5. The system of claim 1, further comprising a second cannula configured to mate with a second connecting element implantable in a second vertebra of the spine, and a third cannula configured to mate with a third connecting element implantable in a third vertebra of the spine, wherein the first, second, and third cannulas cooperate to facilitate attachment of a rod to the first, second, and third connecting elements to restrict relative motion of the first, second, and third vertebrae.
6. The system of claim 5, wherein the first, second, and third cannulas cooperate to facilitate percutaneous attachment of the rod to the first, second, and third connecting elements.
7. The system of claim 1, wherein the first connecting element comprises a pedicle screw implantable in a pedicle of the first vertebra, and a cage polyaxially movable with respect to the pedicle screw.
8. The system of claim 1, wherein the first cannula comprises an adjustable length.
9. The system of claim 1, wherein the docking element is configured to permit alignment of the first and second slots with a rod seat in the first connecting element so as to facilitate passage of a portion of the rod from the slots into the rod seat.
10. The system of claim 1, wherein the feature comprises an opening configured to receive the spinal fusion rod therethrough.
11. The system of claim 1, wherein the docking element is configured to be secured to the first connecting element by rotating the docking element with respect to the first connecting element.
12. The system of claim 11, wherein the docking element is configured to be secured to the first connecting element by rotating the docking element with respect to the first connecting element about the central axis of the first cannula.
13. The system of claim 11, wherein the docking element is integrally formed on the first cannula.
14. The system of claim 13, wherein the docking element is a slot in the first cannula.
15. The system of claim 13, wherein the docking element is configured to mate with the first connecting element by engaging the docking element with an engagement portion of the first connecting element and subsequently moving the docking element towards the first connecting element substantially along the central axis of the first cannula.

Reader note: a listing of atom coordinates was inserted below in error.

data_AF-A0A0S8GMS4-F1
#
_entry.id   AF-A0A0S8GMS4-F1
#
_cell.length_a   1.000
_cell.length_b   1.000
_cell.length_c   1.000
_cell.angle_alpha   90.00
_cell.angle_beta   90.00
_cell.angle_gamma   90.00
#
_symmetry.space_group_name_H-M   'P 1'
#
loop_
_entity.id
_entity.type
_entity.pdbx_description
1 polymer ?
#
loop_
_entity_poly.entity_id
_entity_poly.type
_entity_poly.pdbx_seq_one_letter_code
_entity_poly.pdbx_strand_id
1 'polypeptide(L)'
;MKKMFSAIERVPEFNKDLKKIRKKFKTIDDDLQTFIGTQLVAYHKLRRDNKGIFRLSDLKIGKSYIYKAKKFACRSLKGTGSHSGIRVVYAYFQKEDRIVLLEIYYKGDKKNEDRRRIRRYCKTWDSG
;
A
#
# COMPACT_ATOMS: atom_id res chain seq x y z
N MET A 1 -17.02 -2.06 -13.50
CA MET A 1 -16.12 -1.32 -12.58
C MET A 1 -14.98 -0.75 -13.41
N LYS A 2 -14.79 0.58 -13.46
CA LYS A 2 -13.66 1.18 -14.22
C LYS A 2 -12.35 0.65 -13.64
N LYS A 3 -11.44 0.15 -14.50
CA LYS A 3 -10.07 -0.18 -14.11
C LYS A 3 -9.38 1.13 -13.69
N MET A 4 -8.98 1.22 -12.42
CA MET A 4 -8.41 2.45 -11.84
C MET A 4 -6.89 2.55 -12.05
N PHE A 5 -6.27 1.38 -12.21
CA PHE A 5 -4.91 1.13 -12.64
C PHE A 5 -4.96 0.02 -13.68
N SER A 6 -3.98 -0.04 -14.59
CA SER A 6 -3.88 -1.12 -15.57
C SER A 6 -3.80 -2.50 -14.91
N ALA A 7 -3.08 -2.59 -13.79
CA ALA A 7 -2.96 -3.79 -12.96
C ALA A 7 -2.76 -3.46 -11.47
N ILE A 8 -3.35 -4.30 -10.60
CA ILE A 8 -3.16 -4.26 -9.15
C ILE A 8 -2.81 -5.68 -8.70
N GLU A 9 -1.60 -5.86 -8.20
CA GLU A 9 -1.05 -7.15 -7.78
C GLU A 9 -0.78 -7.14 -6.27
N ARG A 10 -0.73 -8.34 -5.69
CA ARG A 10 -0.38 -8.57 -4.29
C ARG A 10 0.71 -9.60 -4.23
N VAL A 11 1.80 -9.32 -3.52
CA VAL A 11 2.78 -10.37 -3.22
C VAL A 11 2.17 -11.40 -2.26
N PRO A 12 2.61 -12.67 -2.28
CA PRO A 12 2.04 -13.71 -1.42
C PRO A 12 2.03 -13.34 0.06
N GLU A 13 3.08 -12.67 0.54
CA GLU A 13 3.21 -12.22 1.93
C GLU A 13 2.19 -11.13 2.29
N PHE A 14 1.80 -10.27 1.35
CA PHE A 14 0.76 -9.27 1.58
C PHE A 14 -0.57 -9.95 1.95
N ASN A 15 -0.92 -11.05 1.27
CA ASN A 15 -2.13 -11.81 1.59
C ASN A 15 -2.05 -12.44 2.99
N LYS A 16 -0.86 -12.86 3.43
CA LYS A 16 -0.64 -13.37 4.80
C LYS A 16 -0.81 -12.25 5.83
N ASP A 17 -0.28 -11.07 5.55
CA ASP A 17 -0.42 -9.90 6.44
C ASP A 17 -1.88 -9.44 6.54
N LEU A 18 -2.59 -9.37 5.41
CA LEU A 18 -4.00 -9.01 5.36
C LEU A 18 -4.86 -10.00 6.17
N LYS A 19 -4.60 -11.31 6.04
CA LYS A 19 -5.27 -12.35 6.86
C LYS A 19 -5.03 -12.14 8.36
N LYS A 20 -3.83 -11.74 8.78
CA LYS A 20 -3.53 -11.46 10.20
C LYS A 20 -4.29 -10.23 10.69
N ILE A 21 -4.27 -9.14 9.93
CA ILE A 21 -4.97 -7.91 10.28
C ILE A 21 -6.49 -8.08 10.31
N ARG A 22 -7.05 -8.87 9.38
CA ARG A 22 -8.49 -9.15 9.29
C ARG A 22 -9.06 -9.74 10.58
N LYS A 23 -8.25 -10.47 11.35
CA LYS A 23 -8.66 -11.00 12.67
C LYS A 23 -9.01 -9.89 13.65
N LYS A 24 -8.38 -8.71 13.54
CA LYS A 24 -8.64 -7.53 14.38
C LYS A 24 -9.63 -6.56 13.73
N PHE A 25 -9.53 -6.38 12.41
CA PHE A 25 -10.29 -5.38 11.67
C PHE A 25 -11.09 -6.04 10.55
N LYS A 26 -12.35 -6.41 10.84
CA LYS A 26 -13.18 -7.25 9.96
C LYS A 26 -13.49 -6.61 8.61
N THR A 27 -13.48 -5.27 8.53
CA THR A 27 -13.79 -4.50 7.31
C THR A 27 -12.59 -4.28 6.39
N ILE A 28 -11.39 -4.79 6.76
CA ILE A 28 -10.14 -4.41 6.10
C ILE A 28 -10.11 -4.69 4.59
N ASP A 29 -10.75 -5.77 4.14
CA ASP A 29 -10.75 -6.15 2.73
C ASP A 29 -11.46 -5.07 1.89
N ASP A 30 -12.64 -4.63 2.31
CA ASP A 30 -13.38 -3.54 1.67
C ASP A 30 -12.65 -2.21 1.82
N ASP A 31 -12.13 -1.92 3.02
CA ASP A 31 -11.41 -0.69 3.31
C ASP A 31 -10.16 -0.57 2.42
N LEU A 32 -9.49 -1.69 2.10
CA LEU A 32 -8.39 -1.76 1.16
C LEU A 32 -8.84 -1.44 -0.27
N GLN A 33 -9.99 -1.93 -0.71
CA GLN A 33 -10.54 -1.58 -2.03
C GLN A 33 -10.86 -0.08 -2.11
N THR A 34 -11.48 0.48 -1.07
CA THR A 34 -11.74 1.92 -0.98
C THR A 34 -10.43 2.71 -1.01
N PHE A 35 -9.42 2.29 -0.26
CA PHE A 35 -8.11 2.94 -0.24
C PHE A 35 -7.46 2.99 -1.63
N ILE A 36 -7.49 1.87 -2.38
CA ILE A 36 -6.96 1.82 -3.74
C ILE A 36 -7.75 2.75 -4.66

16. The system of claim 15, wherein the docking element is configured to be secured to the first connecting element by rotating the docking element with respect to the first connecting element subsequent to mating the docking element with the first connecting element.
17. The system of claim 1, wherein the first cannula comprises a first component and a second component discrete from the first component, the first and second components providing the first component when assembled together.
18. The system of claim 17, wherein the first and second components are aligned with the central axis of the first cannula, the first and second components being at least partially spaced apart along the central axis to provide the first cannula.
19. A system for providing access to a spine of a patient, the system comprising:
a first connecting element implantable in a first vertebra of the spine; and
a first cannula comprising a proximal end and a distal end insertable into the patient proximate the spine, the first cannula having a longitudinal axis extending between the proximal and distal ends, wherein the distal end is shaped to mate with the first connecting element, the first cannula further comprising a first slot extending between the distal and proximal ends along the longitudinal axis, and a second slot extending between the distal and proximal ends along the longitudinal axis;